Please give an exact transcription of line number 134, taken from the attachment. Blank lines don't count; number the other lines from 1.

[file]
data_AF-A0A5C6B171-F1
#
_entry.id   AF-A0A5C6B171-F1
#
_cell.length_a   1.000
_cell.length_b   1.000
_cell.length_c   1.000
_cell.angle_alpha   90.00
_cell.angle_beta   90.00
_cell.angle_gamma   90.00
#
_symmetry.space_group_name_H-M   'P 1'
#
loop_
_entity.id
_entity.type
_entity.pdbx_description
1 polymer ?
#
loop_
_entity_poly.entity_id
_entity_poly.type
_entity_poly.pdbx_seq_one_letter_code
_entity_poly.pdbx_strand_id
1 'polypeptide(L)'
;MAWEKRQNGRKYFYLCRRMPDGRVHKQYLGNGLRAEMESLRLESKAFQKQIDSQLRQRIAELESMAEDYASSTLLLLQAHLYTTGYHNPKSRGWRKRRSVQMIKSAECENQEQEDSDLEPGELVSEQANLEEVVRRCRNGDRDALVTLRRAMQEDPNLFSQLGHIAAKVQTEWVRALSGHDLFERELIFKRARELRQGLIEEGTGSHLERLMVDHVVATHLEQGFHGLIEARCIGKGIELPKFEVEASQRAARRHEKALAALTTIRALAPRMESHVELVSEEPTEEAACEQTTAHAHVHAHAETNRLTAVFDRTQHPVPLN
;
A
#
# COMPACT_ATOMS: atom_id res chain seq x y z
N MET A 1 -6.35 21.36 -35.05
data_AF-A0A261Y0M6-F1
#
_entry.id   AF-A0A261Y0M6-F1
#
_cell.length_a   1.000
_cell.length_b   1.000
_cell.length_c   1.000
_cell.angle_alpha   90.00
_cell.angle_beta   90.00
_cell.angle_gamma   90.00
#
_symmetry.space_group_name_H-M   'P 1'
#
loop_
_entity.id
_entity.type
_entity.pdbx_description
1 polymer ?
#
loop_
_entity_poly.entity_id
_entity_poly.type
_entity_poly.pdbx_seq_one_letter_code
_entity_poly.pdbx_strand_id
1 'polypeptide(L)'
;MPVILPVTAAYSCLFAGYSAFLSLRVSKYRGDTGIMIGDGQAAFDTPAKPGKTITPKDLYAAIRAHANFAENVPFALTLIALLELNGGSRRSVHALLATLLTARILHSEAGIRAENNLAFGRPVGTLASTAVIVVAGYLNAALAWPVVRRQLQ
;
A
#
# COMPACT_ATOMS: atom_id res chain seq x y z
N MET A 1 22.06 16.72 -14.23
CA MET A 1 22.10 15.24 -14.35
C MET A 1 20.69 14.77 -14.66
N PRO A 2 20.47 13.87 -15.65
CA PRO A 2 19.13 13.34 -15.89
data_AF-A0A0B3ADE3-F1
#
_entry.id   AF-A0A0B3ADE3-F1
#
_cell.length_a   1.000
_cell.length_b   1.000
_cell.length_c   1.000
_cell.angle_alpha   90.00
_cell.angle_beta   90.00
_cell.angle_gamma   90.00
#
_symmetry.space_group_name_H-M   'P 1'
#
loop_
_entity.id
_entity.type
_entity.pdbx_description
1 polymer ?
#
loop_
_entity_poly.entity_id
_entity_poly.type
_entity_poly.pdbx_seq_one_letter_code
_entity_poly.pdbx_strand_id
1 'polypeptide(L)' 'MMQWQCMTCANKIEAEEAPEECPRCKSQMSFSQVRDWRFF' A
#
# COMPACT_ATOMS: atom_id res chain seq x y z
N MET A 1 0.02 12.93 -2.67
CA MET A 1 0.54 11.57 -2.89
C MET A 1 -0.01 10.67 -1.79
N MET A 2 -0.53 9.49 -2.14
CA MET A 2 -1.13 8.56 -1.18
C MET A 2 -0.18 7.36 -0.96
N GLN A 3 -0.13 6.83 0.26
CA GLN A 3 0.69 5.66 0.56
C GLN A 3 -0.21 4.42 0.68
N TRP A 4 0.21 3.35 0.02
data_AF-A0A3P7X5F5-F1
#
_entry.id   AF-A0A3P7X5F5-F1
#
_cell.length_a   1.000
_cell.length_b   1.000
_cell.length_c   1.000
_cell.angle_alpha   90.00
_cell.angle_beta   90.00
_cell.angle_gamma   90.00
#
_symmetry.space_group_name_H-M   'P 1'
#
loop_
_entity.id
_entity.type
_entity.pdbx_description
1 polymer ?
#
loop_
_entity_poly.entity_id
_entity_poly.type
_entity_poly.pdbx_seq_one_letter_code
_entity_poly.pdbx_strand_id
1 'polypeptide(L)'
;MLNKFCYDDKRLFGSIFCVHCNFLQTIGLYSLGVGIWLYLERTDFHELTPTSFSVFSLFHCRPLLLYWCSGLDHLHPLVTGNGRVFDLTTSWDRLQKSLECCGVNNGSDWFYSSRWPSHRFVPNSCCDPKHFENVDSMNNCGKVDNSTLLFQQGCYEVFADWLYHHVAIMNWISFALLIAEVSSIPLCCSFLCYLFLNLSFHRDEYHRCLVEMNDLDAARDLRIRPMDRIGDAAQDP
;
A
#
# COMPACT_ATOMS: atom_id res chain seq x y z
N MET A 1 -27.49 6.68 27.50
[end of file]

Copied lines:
N MET A 1 -27.49 6.68 27.50